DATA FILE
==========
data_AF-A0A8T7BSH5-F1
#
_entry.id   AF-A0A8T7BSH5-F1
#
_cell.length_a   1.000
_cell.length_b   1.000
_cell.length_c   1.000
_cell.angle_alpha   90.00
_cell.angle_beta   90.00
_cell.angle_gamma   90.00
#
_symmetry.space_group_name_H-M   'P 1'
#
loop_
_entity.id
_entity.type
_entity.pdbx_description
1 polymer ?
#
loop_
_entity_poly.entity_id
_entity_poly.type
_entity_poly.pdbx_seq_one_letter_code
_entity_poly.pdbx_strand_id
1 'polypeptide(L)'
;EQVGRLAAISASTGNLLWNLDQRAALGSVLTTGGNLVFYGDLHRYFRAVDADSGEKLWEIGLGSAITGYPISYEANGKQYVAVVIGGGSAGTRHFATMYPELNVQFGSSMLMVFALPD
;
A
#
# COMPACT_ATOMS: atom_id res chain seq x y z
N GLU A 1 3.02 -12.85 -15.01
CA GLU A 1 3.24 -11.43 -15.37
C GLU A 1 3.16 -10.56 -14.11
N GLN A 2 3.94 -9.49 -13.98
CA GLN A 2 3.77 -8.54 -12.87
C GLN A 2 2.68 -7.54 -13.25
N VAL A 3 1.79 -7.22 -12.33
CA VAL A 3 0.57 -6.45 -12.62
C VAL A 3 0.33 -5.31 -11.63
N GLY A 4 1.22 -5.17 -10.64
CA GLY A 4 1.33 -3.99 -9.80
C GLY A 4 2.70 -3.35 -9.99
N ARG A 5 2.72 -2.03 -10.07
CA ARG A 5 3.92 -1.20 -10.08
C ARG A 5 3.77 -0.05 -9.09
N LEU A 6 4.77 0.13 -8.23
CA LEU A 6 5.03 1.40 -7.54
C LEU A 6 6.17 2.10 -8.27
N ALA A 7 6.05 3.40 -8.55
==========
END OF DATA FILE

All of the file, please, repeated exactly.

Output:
data_AF-A0A8T7BSH5-F1
#
_entry.id   AF-A0A8T7BSH5-F1
#
_cell.length_a   1.000
_cell.length_b   1.000
_cell.length_c   1.000
_cell.angle_alpha   90.00
_cell.angle_beta   90.00
_cell.angle_gamma   90.00
#
_symmetry.space_group_name_H-M   'P 1'
#
loop_
_entity.id
_entity.type
_entity.pdbx_description
1 polymer ?
#
loop_
_entity_poly.entity_id
_entity_poly.type
_entity_poly.pdbx_seq_one_letter_code
_entity_poly.pdbx_strand_id
1 'polypeptide(L)'
;EQVGRLAAISASTGNLLWNLDQRAALGSVLTTGGNLVFYGDLHRYFRAVDADSGEKLWEIGLGSAITGYPISYEANGKQYVAVVIGGGSAGTRHFATMYPELNVQFGSSMLMVFALPD
;
A
#
# COMPACT_ATOMS: atom_id res chain seq x y z
N GLU A 1 3.02 -12.85 -15.01
CA GLU A 1 3.24 -11.43 -15.37
C GLU A 1 3.16 -10.56 -14.11
N GLN A 2 3.94 -9.49 -13.98
CA GLN A 2 3.77 -8.54 -12.87
C GLN A 2 2.68 -7.54 -13.25
N VAL A 3 1.79 -7.22 -12.33
CA VAL A 3 0.57 -6.45 -12.62
C VAL A 3 0.33 -5.31 -11.63
N GLY A 4 1.22 -5.17 -10.64
CA GLY A 4 1.33 -3.99 -9.80
C GLY A 4 2.70 -3.35 -9.99
N ARG A 5 2.72 -2.03 -10.07
CA ARG A 5 3.92 -1.20 -10.08
C ARG A 5 3.77 -0.05 -9.09
N LEU A 6 4.77 0.13 -8.23
CA LEU A 6 5.03 1.40 -7.54
C LEU A 6 6.17 2.10 -8.27
N ALA A 7 6.05 3.40 -8.55